The South African
Military History Society

Die Suid-Afrikaanse Krygshistoriese Vereniging

Military History Journal
Vol 14 No 3 - June 2008

Obituary: Lt-Gen Andrew Mandla Lekoto MASONDO 1936-2008

Lt-Gen Andrew Masondo, a former general in the South African National Defence Force (SANDF) and national commissar of the African National Congress (ANC), passed away on Sunday, 20 April 2008. He played a significant role on the councils of the South African National Museum of Military History and the Northern Flagship Institution (NFl) - of which the SANMMH became a component museum in 1999 - and was associated with the Museum for eleven years.

Andrew Masondo was born on 27 October 1936 in Sophiatown, Johannesburg, the son of Alois Emmanuel Mathanjane Masondo, a Zulu from the village of Nkandla in KwaZulu-Natal, and Elsie Seraka Masondo, a Tswana from Pretoria. He was raised in a family of normal economic means who believed in the value of education. After completing his Grade 12 in 1954, Masondo went to Fort Hare University and majored in physics and mathematics. He completed his BSc in 1957 and, in the following year, became one of the first two black students to complete the BSc (Honours) degree in applied mathematics at the University of the Witwatersrand. In 1959, these two students completed the one-year University Education Diploma at Fort Hare, again the first black students to do so. By 1960, Masondo was lecturing pure and applied mathematics at the University of Fort Hare. His wide reading and cultural interaction with other scholars as well as the township community helped to develop an individual in touch with diverse groups of people.

In 1953, Andrew Masondo joined the African National Congress (ANC). In 1962/3, he held several posts within the structure of the ANC in the Eastern Cape, mainly as a rural area organiser but also in the higher command structure. In 1963, as the command director of the underground Umkhonto we Sizwe (MK) movement, the military wing of the ANC, he began to take part in sabotage activities in South Africa, cutting electricity pylons in the vicinity of Alice, armed with a number of devices, including a saw and an old rifle he had found buried in a garden. He was arrested in 1963 and sentenced to twelve years' imprisonment on Robben Island, where he was later joined by top Rivonia trialists such as Govan Mbeki, Walter Sisulu, and Nelson Mandela. In 1964, he was sentenced to an additional three years, two of which would be served concurrently with his original sentence, bringing the total to thirteen years. In prison, Masondo again turned to education. Through UNISA, he completed second-year mathematical statistics and third-year mathematics for the second time and obtained his BSc (Honours) in Mathematical Statistics. In 1975, he registered for a BCom in statistics, but did not complete the course after losing his study privileges when he intervened to defend Walter Sisulu and Govan Mbeki in a case of alleged insubordination against a white man.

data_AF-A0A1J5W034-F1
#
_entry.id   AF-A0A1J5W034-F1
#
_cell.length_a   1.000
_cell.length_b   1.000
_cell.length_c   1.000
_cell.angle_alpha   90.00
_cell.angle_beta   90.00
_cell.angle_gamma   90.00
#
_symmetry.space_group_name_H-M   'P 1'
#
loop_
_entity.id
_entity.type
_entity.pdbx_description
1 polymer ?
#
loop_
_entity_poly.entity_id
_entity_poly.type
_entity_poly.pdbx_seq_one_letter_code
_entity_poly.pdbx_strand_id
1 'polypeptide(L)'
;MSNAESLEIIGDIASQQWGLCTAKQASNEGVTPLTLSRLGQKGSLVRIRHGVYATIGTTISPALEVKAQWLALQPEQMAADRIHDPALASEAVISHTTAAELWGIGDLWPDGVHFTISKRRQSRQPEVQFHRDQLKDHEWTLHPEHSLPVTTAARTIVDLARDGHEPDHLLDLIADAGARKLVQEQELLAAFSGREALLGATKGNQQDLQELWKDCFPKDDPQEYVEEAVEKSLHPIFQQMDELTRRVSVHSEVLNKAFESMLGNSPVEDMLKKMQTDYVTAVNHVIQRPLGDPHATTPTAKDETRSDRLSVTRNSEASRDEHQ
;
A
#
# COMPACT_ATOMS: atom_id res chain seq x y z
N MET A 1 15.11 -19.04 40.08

Andrew Masondo was released from prison in 1976 and placed under house arrest. With the help of Oliver Tambo and his wife, he escaped to Swaziland in June 1976. From there, he went to Mozambique and Tanzania. He received military training, including a commander's course and a course in guerilla warfare, in the Soviet Union. In Angola, he became a national commissar of the MK, as well as a member of the ANC's national executive and Revolutionary Council. From 1978 to 1990, he lectured at the Solomon Mahlangu Freedom College in Tanzania, becoming the principal of the college. After serving as an MK ambassador and underground commander in Uganda, he returned to Angola in 1994, to deal with the repatriation of MK soldiers in exile, returning to a new, democratic South Africa.

The South African National Defence Force (SANDF) was established in April 1994. In the same year, Gen Masondo underwent a Joint Staff Course atthe Defence College, after which he was promoted to the rank of major-general. From 1994 until his retirement on 31 October2001 with the rank of lieutenant-general, he held many posts - Chairman of the Integration Committee, Chief Director of Equal Opportunity, Chief Director of Corporate Communication, and Chief of the Service Corps.

After his retirement, General Masondo remained active in the corporate, education, and heritage spheres of South African life. He served on numerous boards and committees in the fields of education, museums, indigenous knowledge, traditional healing, reconciliation and medicine.

Gen Masondo was appointed to the Board (Council) of Trustees of the South African National Museum of Military History in January 1997 while Director, Corporate Communications of the SANDF. When the Board of Trustees was dissolved in March 1999 and the Council of the NFl formed, Gen Masondo and Maj Gen R C Andersen, also a member of the dissolved Board, were appointed as members of the first Council of the NFl. Gen Masondo was appointed vice-chairman of this first Council of the NFl and, as the Council disintegrated, he assumed the chairmanship and remained chairman until the establishment of the second Council, thus holding the NFl together during the very difficult interim period when the new organisation desperately required leadership. While serving on the NFl Council, Gen Masondo was chairman of the Advisory Committee of the SANMMH and remained so until the dissolution of the Committee by the Council of the NFl in February 2008. As a result of his contribution to the SANMMH, the new Library and Archives complex, completed in 2005, was named after him.

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